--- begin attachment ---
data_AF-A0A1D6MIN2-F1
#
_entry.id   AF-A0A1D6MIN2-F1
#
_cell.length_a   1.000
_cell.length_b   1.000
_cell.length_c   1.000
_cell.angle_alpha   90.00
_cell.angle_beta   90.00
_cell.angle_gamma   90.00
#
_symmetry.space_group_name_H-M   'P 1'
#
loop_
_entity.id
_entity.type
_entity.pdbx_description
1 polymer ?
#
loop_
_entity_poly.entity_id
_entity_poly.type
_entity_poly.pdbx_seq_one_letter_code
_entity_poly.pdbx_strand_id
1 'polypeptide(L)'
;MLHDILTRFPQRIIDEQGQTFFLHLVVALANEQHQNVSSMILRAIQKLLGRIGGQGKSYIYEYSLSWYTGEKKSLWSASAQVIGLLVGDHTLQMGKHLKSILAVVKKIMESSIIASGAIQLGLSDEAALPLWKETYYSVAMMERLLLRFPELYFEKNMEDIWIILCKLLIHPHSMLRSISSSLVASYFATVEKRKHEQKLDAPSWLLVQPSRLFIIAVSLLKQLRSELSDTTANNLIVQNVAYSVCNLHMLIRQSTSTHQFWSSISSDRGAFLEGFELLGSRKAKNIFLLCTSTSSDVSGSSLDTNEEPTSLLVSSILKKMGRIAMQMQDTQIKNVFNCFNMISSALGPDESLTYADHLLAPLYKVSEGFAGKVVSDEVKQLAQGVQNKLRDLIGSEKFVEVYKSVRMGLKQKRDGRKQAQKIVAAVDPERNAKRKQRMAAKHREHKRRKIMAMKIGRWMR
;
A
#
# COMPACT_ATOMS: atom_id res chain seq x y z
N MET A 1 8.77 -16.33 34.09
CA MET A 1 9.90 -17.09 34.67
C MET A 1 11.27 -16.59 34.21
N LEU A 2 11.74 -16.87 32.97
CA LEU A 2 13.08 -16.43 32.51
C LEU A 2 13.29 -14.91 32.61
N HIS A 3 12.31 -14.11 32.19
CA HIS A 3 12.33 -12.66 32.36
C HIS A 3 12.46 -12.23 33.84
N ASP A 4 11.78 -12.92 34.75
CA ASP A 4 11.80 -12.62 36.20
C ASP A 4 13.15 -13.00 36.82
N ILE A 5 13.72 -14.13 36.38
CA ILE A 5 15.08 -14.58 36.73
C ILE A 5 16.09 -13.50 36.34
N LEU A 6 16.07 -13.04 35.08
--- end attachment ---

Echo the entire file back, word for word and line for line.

data_AF-A0A1D6MIN2-F1
#
_entry.id   AF-A0A1D6MIN2-F1
#
_cell.length_a   1.000
_cell.length_b   1.000
_cell.length_c   1.000
_cell.angle_alpha   90.00
_cell.angle_beta   90.00
_cell.angle_gamma   90.00
#
_symmetry.space_group_name_H-M   'P 1'
#
loop_
_entity.id
_entity.type
_entity.pdbx_description
1 polymer ?
#
loop_
_entity_poly.entity_id
_entity_poly.type
_entity_poly.pdbx_seq_one_letter_code
_entity_poly.pdbx_strand_id
1 'polypeptide(L)'
;MLHDILTRFPQRIIDEQGQTFFLHLVVALANEQHQNVSSMILRAIQKLLGRIGGQGKSYIYEYSLSWYTGEKKSLWSASAQVIGLLVGDHTLQMGKHLKSILAVVKKIMESSIIASGAIQLGLSDEAALPLWKETYYSVAMMERLLLRFPELYFEKNMEDIWIILCKLLIHPHSMLRSISSSLVASYFATVEKRKHEQKLDAPSWLLVQPSRLFIIAVSLLKQLRSELSDTTANNLIVQNVAYSVCNLHMLIRQSTSTHQFWSSISSDRGAFLEGFELLGSRKAKNIFLLCTSTSSDVSGSSLDTNEEPTSLLVSSILKKMGRIAMQMQDTQIKNVFNCFNMISSALGPDESLTYADHLLAPLYKVSEGFAGKVVSDEVKQLAQGVQNKLRDLIGSEKFVEVYKSVRMGLKQKRDGRKQAQKIVAAVDPERNAKRKQRMAAKHREHKRRKIMAMKIGRWMR
;
A
#
# COMPACT_ATOMS: atom_id res chain seq x y z
N MET A 1 8.77 -16.33 34.09
CA MET A 1 9.90 -17.09 34.67
C MET A 1 11.27 -16.59 34.21
N LEU A 2 11.74 -16.87 32.97
CA LEU A 2 13.08 -16.43 32.51
C LEU A 2 13.29 -14.91 32.61
N HIS A 3 12.31 -14.11 32.19
CA HIS A 3 12.33 -12.66 32.36
C HIS A 3 12.46 -12.23 33.84
N ASP A 4 11.78 -12.92 34.75
CA ASP A 4 11.80 -12.62 36.20
C ASP A 4 13.15 -13.00 36.82
N ILE A 5 13.72 -14.13 36.38
CA ILE A 5 15.08 -14.58 36.73
C ILE A 5 16.09 -13.50 36.34
N LEU A 6 16.07 -13.04 35.08